Newhouse faculty member Suzanne Lysak has been chosen to participate in the Fulbright Specialist Program. The program sends U.S. faculty and professionals to serve as expert consultants on curriculum, faculty development, institutional planning and related subjects at academic institutions abroad…
A Video in Courage
Kevin Gendron ’17 has given a voice to the most vulnerable of victims in society—as part of a project that doesn’t say a word.
Gendron co-wrote, directed and edited a public service announcement, produced in association with the National Children’s Alliance 2013 campaign, for a summer internship capstone project.
“Stand Up, Step Forward” is a compelling one-minute video that encourages victims to find the courage to report incidents of abuse and urges the trusted adults they confide in to act. It gained a national presence this week, appearing during a commercial break on Comedy Central’s “The Colbert Report.”
The video shows a classroom that empties of students, leaving one young girl. The student guardedly approaches her teacher and whispers in the teacher’s ear. The teacher stands up and takes the student’s hand, and they leave the classroom together.
The only audio is a simple piano composition.
“It’s really so much more powerful when you allow the audience to infer for themselves what’s going on without words, let people draw their own connections,” says Gendron, a Newhouse advertising student.
Gendron first started working with the PSA’s producer in his hometown of Portsmouth, N.H., while volunteering for Portsmouth Public Meetinghouse TV in his junior year of high school. Executive Director Bill Humphreys referred Gendron to media producer Peter Connors, who was looking for an assistant on a project.
“I helped him work on the project and he thought we had a pretty solid partnership, so I ended up working with him the entire summer my junior year,” Gendron says. “I came back my senior year going into my freshman year at Syracuse, and he thought it would be a good idea to do a capstone, which turned out to be the PSA.”
The idea behind the PSA initially developed while Gendron was screening “Pursuit of Truth: Adult Survivors of Child Sexual Abuse Seeking Justice” as a member of the New Hampshire Festival Screening Committee over the summer.
In the documentary, former professional hockey player Sheldon Kennedy, an advocate for victims of sexual abuse, stated that it takes a child to ask—on average—seven adults before they are taken seriously, Gendron says.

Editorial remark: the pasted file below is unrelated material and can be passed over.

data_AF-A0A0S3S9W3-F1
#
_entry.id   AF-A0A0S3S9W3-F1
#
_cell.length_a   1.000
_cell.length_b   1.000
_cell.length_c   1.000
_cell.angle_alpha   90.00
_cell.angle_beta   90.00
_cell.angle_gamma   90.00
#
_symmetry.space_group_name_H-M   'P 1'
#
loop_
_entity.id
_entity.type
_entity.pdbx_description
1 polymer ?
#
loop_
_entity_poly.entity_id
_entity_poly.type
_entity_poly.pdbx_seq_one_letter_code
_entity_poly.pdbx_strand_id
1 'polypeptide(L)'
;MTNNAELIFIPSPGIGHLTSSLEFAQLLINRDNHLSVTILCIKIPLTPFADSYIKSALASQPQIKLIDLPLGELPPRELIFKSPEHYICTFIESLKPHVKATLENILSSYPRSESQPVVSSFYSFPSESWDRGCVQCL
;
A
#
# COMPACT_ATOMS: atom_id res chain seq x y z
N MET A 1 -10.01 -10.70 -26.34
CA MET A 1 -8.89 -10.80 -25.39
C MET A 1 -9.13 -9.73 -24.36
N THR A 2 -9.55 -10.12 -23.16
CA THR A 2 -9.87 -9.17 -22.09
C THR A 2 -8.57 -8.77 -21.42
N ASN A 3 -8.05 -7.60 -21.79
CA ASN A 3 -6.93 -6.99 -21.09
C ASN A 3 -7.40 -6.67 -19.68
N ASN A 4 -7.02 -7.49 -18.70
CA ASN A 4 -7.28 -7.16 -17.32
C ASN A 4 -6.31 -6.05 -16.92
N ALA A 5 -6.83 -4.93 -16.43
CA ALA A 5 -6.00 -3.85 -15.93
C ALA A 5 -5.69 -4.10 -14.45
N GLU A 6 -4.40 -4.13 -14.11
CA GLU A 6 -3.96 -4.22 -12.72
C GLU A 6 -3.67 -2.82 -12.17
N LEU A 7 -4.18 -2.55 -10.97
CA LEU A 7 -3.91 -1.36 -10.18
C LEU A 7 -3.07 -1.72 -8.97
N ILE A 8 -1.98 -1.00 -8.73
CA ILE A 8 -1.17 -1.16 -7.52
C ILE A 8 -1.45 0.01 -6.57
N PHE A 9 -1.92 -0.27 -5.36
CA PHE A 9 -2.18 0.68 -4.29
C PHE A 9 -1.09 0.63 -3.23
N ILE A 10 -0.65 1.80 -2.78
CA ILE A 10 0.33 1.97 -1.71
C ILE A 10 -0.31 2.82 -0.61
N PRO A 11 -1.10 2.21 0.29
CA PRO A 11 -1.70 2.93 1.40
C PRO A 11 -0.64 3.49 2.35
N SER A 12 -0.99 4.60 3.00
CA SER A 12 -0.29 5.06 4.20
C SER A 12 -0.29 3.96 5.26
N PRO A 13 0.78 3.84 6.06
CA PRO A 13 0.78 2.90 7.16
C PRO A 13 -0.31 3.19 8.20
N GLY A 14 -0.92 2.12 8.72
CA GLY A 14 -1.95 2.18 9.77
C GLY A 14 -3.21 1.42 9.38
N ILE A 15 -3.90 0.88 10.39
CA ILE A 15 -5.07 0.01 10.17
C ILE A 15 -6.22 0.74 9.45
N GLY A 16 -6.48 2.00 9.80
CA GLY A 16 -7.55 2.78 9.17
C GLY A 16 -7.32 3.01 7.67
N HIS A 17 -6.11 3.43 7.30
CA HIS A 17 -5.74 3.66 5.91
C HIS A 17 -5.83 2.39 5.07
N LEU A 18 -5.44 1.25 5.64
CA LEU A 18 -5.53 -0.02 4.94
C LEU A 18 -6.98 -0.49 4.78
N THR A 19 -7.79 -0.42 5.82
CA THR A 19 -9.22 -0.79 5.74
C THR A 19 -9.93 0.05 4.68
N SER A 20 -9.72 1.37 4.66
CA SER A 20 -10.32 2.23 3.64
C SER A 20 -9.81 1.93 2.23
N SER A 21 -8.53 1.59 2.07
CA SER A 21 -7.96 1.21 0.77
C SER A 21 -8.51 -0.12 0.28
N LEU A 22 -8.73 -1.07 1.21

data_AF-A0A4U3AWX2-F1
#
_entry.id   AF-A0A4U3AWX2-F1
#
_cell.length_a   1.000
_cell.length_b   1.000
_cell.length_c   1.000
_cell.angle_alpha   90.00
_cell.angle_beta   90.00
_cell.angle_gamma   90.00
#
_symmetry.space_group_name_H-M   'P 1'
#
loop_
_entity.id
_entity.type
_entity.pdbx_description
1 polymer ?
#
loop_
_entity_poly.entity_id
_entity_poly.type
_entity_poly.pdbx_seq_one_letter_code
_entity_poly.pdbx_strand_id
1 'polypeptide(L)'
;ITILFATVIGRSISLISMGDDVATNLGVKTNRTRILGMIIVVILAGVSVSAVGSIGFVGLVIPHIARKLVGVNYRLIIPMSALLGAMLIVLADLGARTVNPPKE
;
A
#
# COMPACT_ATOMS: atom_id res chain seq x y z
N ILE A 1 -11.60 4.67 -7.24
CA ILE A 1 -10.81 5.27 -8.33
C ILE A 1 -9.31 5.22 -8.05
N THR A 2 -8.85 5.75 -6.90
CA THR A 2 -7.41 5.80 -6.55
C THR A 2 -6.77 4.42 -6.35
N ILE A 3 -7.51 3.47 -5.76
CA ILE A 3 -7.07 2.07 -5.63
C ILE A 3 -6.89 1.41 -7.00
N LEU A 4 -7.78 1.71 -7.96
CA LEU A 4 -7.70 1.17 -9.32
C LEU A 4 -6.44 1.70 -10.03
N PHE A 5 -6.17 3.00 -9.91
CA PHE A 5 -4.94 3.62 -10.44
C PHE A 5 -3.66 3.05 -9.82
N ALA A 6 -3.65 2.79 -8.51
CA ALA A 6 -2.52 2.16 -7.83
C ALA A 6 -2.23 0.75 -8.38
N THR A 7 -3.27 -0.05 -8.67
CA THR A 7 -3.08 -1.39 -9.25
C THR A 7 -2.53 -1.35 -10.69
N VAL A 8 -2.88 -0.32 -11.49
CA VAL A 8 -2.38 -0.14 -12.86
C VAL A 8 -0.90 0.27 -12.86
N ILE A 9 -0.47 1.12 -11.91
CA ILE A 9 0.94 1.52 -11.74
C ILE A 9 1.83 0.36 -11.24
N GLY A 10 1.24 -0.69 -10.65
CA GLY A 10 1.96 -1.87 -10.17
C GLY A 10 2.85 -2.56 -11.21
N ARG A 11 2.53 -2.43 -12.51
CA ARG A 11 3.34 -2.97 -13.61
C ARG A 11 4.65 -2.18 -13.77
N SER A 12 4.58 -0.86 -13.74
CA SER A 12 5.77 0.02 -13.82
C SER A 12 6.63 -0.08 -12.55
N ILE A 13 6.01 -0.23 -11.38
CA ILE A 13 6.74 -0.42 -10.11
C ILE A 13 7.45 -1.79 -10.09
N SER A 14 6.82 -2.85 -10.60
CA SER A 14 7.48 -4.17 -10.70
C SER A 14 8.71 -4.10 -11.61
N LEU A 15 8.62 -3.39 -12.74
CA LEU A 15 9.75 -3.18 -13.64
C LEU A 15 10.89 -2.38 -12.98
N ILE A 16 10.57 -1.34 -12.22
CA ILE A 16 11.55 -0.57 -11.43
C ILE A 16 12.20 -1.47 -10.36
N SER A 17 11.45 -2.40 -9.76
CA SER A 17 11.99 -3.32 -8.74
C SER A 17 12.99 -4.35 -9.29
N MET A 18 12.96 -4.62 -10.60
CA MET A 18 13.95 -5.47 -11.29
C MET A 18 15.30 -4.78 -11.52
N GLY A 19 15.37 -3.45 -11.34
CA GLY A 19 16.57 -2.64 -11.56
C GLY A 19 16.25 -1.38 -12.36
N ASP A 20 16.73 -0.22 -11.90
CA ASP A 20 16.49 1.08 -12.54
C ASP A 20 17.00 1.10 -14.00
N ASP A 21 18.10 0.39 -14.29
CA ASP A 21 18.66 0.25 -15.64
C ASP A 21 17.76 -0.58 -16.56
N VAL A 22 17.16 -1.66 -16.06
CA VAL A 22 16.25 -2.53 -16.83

Gendron was jarred by that fact.
“We collaborated for a while and came up with the idea of ‘Stand Up, Step Forward,’ so that a child doesn’t have to ask so many adults before they can be helped,” Gendron says. He worked with co-writer David McHugh on the PSA.
“From there, it spawned the idea of this little girl sitting in the back of the classroom. Everyone empties out, she gets up, tells her teacher and the first thing the teacher does is stand up and bring the girl out of the classroom,” he says. “So once we came up with the tagline, it just worked itself out from there.”
The PSA was shot in July and Gendron worked on editing the piece until he came to Syracuse.
An experience in video
He appreciated the opportunity that Humphreys and Connors gave him and working with McHugh, who is also the screenwriter for “Bad Teacher,” and the rest of those involved in the PSA.
“This experience exposed me to the nuances of advertising; I had no appreciation for what goes into creating a short commercial. The video is a minute long, but it took three months to create,” Gendron says.
“There’s still much to learn, but I at least have an understanding of the challenges of making one of these videos.”
The campaign was launched on Monday, but the viewing on national network Comedy Central was extra special.
“It’s incredible seeing your own work displayed in front of millions of people,” he says. “It’s indescribable.”
Gendron looks forward to working on similar projects in the future. And this experience has solidified his interest in advertising.
“That’s the biggest thing I got out of this project; now I know what I want to do with my future,” he says.